Toothache is a subjective oral health indicator that should become uncommon when oral health is improving. The aim of this study was to assess changes in perceived toothache between 1977 and 1997 among Finnish adolescents. In the Adolescent Health and Lifestyle Survey, a self-administered questionnaire was mailed to a representative sample of 12-, 14-, 16-, and 18-year-old Finns every second year. The sample sizes in the surveys varied from 2422 to 11,105, making a total of 35,349 subjects in the entire study. The incidence of toothache during the previous 2 years was requested in 1977, 1985, 1991, 1995, and 1997, and the prevalences were 31%, 25%, 28%, 29%, and 37%, respectively. The increase between 1995 and 1997 was highest among 16- and 18-year-olds. There was no tendency for perceived toothache to decline over the study period, despite the decrease in caries experience. Toothache varied by age, socioeconomic status (SES), place of residence, and toothbrushing frequency. The increase in the incidence of toothache reported after 1995 could be a warning signal that economic recession in Finland has caused changes in the dental care system.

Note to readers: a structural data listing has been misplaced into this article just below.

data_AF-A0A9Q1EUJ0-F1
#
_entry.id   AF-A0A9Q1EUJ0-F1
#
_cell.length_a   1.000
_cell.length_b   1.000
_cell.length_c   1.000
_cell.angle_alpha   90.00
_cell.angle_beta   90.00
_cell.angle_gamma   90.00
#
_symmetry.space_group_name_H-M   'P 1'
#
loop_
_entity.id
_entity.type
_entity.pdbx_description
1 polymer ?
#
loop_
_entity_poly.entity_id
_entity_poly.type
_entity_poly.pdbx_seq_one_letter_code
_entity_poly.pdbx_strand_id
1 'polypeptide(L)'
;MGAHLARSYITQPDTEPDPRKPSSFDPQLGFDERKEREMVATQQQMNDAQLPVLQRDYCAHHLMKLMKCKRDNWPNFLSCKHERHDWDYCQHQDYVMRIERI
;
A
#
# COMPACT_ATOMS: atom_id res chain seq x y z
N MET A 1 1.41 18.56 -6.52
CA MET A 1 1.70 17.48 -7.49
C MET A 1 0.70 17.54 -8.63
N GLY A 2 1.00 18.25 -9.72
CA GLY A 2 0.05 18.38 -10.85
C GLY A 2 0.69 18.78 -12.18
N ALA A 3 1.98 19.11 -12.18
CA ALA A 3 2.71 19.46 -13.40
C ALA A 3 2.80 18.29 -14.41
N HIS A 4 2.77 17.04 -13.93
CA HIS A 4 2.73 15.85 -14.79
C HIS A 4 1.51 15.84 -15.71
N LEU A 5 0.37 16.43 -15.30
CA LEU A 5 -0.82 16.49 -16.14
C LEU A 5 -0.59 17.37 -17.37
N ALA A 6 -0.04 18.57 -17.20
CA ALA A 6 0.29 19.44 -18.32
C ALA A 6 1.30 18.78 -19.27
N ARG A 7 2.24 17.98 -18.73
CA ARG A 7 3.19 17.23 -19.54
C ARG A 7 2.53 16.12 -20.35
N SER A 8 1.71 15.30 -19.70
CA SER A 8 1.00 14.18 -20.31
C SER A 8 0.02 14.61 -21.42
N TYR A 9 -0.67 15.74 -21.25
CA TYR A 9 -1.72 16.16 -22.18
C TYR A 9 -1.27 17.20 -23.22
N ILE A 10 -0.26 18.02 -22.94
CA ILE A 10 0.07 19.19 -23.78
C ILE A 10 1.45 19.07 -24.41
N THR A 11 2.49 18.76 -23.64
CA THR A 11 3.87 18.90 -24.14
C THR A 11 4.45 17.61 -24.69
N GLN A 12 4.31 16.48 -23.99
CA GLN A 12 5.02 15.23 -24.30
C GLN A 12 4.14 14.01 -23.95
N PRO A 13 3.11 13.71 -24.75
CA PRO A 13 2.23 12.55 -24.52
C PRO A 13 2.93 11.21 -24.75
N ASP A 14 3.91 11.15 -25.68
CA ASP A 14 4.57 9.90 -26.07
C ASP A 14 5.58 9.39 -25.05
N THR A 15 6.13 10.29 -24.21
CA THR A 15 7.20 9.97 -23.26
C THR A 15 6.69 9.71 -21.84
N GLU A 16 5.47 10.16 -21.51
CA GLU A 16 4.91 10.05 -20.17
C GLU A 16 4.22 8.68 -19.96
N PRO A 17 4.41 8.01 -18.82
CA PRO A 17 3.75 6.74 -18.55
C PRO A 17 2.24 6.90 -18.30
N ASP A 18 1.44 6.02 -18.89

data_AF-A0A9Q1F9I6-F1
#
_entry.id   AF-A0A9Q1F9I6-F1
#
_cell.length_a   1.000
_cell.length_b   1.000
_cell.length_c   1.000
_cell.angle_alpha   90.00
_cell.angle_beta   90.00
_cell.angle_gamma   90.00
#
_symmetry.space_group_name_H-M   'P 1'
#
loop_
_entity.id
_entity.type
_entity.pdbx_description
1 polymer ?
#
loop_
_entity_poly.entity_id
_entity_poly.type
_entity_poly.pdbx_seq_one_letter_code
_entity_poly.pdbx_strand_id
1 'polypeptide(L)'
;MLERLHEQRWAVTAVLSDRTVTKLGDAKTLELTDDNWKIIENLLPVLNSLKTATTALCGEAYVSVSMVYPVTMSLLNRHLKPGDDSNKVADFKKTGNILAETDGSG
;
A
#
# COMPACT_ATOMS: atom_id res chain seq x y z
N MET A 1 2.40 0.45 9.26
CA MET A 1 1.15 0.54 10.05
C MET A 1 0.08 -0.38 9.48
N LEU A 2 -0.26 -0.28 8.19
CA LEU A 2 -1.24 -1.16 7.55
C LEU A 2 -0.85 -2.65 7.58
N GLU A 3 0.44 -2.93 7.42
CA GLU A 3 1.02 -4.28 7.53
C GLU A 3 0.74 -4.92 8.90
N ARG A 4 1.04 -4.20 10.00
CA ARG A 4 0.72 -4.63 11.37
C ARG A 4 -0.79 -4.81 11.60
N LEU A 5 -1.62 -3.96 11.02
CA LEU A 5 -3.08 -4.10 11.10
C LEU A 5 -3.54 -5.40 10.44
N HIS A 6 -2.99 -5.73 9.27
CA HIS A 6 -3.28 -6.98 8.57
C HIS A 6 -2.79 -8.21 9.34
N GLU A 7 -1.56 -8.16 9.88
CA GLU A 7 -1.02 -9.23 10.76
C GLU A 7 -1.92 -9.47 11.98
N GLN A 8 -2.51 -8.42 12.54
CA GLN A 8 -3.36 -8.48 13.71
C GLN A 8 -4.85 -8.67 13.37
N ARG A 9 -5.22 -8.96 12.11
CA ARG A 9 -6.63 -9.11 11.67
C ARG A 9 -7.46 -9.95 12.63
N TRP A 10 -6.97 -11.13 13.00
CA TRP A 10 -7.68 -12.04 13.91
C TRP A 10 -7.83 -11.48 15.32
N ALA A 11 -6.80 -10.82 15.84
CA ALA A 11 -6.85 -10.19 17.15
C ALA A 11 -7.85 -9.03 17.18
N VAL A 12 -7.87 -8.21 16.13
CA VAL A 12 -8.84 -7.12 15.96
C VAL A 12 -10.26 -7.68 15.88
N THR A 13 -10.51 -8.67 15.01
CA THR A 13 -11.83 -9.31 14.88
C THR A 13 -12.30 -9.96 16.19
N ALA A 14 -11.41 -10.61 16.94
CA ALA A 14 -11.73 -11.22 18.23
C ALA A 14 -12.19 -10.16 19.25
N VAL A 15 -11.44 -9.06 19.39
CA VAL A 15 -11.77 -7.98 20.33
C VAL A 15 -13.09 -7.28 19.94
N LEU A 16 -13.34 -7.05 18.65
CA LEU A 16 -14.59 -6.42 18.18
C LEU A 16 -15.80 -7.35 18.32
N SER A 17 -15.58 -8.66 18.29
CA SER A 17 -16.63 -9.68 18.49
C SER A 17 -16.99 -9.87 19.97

To analyse trends in development of the toothbrushing frequency of Finnish adolescents and the socio-economic factors associated with these trends between 1977 and 1995.
The data were collected as part of a nation-wide research programme, the Adolescent Health and Lifestyle Survey, which started in 1977. Since then a 12-page questionnaire has been sent every other year. Dental health behaviour was studied from the outset.
The sample represented 12-, 14-, 16- and 18-year-old children and adolescents in Finland. The sample size varied between 3,205-10,626, making a total of 66,687 participants.
The recommended toothbrushing frequency, twice-a-day, was studied. The socio-economic factors included age, gender, self-assessed school performance, level of education, socio-economic status of the householder, and socio-economic category of the residential area.
Among boys, daily toothbrushing increased from 1977 to 1995, but among girls it remained stable. Among boys, the prevalence of twice-a-day toothbrushing frequency varied from 13 per cent to 25 per cent between the ages of 12 and 18 years, and among girls from 32 per cent to 60 per cent, respectively. Among 12- to 14-year-old boys, the socio-economic differences almost disappeared. There were no changes among 12- to 14-year-old girls but there was an unexpected declining trend in toothbrushing among 16- to 18-year-old girls. Apparently further improvement in the toothbrushing frequency of girls had stopped.
Although there was a clear trend towards improvement of toothbrushing frequency among boys, their toothbrushing frequency still lagged far behind that of girls.